Sydney Empson

north staffordshire regiment badgePrivate 41540, 4th (Extra Reserve) Battalion, North Staffordshire Regiment (Prince of Wales) (previously TR/5/37923 10th Training Reserve Battalion and 47421, 51st (Graduated) Battalion, Leicestershire Regiment), died of wounds, 31st May 1918, aged 19.

Born at Crowle in 1898, Sydney was one of six children of Walter Henry and Annie Empson (nee Fillingham). When Sydney was born they lived in Fieldside moving later to 4 Godnow Road. In 1911 Sydney was a farm horseman and his father worked for the Peat Moss Litter Company at Medge Hall.

Sydney’s recruitment for the army demonstrates how the changing fortunes of the war led to a change in the regulations for those enlisted into it. When the war began and legally all the way through it, recruits into the army had to be a minimum of 5ft 3in tall. When Sydney attested for the arm, aged 17 years 322 days, at Scunthorpe on 23rd October 1916, he was only 5ft 1in tall. He also only weighed 7 and 1/2 stone which the medical officer described as ‘under weight’.

But such was the army’s need for men that on 16th February 1917 Sydney was mobilised and posted to the 10th Training Reserve Battalion at Rugeley, Staffordshire. In January 1917 this battalion was re-designated the 51st (Graduated) Battalion, Leicestershire Regiment although Sydney was only with them for a short time before he embarked for France on 18th March 1918.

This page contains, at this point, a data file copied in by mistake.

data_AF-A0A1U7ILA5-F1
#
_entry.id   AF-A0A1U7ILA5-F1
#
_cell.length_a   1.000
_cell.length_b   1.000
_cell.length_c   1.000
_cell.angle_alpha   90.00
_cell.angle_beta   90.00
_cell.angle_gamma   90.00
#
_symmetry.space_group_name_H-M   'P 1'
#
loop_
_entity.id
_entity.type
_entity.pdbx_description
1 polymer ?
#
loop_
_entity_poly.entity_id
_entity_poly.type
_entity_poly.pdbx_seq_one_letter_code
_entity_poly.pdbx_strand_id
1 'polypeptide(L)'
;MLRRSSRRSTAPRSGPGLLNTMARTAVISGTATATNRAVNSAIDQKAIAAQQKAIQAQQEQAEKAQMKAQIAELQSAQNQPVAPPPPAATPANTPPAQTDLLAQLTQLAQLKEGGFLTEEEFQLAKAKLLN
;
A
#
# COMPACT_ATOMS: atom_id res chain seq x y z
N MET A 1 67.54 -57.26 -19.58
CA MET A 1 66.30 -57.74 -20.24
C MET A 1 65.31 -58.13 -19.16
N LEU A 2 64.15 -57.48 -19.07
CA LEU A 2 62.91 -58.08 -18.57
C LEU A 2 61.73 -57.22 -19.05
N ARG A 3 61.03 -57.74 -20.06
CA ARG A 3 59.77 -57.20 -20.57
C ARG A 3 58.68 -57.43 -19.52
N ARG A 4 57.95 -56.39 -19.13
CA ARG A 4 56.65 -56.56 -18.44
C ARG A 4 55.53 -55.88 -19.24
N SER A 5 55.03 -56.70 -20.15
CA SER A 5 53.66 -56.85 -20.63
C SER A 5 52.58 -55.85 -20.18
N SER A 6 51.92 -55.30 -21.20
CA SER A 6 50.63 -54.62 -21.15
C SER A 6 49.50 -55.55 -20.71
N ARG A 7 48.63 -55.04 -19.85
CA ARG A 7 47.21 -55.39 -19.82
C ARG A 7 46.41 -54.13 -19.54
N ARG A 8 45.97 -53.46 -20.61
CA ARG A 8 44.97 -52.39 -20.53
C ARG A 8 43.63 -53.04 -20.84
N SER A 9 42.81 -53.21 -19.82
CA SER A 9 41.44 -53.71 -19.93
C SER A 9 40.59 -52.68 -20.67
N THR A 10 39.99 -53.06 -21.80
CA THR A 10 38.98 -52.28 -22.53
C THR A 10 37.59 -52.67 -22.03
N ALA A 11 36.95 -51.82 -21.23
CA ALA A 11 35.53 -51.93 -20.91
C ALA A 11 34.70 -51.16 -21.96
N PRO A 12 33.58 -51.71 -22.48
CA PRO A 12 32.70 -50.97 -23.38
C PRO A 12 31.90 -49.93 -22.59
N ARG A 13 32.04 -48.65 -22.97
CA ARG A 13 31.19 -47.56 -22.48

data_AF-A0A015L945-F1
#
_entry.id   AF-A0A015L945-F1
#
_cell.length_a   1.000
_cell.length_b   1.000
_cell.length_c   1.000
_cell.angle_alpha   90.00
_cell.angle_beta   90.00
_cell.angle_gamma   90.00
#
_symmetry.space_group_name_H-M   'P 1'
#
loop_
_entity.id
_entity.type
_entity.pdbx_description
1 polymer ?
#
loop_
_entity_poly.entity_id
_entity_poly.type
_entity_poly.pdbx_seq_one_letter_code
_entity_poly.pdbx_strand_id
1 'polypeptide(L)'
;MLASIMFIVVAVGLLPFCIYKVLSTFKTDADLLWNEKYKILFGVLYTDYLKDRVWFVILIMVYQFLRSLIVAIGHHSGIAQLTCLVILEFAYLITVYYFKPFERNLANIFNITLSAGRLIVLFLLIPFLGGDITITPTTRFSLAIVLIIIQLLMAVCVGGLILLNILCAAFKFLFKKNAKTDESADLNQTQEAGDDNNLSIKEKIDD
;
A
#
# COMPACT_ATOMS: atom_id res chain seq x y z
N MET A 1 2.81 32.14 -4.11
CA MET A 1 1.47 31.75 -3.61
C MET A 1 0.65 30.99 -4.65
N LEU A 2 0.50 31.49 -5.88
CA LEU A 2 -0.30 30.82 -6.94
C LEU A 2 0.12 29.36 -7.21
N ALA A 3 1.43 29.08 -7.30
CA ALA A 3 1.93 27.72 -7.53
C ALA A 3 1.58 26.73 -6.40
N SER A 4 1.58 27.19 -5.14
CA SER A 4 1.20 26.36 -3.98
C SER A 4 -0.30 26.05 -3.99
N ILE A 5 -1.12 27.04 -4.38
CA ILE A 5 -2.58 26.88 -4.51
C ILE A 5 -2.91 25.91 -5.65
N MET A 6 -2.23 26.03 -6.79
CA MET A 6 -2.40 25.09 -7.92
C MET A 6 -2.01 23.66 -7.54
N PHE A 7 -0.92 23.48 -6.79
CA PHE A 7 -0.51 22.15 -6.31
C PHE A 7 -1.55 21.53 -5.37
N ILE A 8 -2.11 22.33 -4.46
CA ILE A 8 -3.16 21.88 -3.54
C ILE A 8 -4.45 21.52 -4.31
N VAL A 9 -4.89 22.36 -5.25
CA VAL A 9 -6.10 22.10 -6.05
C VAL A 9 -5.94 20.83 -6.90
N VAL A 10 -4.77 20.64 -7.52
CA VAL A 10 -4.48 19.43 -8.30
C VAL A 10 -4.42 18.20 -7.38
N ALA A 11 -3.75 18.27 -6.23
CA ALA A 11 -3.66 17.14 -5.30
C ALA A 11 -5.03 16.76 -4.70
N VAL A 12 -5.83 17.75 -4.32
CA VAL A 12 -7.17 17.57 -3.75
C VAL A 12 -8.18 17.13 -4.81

On arrival in France Sydney was allocated to the 4th Battalion (Extra Reserve) North Staffordshire Regiment. In the spring of 1918 they were stationed on the Somme and Sydney would have joined them just in time to assist them in their resistance to Operation Michael, the German Spring Offensive.

The 4th North Stafford’s were in action on The Somme throughout April and May, stationed in the trenches around Bouzincourt, where they sustained almost daily casualties. On 27th May 1918,  Syndey was in the trenches when he received a gunshot wound in his neck. Taken for treatment to No 29 Casualty Clearing Station, near Doullen, at about 11.00am on the morning of 31st May 1918 after never having recovered consciousness, Sydney Empson died of his wounds. He is buried at Bagneux British Cemetery, Gezaincourt.

A memorial service for Sydney took place at St Oswald’s Church on 15th June. Sydney was also one of the three members of St Oswald’s Church Choir to loose their lives in the Great War, who are commemorated on the memorial lectern in the church.

inscription to sydney empson on lectern in st oswalds church